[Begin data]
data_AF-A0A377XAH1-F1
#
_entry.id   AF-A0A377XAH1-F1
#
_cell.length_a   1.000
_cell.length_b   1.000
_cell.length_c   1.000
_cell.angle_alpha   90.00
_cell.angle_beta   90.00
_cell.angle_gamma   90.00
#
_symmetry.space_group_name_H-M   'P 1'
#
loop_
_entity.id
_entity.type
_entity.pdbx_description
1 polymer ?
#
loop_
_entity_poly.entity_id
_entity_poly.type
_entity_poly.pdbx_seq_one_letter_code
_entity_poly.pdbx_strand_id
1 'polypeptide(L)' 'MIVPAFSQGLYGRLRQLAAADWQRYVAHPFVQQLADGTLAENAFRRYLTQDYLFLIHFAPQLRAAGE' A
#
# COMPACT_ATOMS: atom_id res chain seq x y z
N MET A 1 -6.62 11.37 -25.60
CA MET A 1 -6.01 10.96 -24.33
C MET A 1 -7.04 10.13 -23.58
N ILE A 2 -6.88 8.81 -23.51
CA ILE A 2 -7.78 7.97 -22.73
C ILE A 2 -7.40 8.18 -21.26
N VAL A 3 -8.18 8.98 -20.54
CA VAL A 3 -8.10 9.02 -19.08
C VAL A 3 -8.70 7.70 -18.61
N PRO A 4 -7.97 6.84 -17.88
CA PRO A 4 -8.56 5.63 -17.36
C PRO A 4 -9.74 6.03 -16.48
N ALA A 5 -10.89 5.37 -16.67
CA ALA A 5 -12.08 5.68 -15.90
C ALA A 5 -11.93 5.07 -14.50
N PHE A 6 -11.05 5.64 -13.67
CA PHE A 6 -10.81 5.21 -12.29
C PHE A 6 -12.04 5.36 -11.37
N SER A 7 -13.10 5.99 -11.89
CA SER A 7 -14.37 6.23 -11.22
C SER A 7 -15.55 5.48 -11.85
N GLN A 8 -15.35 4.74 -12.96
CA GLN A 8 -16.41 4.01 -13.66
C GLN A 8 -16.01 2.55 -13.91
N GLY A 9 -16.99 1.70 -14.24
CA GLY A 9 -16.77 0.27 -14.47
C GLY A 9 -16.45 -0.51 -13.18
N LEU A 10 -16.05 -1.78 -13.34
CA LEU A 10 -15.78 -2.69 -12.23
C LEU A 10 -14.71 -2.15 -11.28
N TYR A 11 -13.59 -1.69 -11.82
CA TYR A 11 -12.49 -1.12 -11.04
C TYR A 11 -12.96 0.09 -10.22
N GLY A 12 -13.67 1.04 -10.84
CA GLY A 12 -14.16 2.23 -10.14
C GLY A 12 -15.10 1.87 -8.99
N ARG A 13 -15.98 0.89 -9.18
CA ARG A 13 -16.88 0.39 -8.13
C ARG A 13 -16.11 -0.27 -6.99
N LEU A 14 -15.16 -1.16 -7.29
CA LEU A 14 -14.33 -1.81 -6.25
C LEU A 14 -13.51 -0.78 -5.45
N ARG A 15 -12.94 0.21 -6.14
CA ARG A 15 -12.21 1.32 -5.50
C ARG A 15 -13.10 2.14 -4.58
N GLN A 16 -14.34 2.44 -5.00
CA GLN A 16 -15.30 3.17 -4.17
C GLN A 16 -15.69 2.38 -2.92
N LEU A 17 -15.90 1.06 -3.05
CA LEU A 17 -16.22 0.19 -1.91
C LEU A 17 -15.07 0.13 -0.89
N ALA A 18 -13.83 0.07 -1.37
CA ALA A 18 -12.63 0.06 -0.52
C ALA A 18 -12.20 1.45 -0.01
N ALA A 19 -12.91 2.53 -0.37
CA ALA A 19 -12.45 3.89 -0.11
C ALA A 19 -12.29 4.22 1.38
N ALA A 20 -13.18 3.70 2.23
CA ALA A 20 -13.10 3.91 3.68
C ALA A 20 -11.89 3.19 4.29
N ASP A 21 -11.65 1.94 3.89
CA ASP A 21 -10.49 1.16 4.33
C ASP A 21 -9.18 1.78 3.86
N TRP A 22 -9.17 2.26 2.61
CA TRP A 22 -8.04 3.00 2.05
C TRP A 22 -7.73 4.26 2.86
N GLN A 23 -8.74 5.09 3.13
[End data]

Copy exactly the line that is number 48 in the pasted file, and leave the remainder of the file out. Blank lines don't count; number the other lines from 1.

C SER A 7 -15.55 5.48 -11.85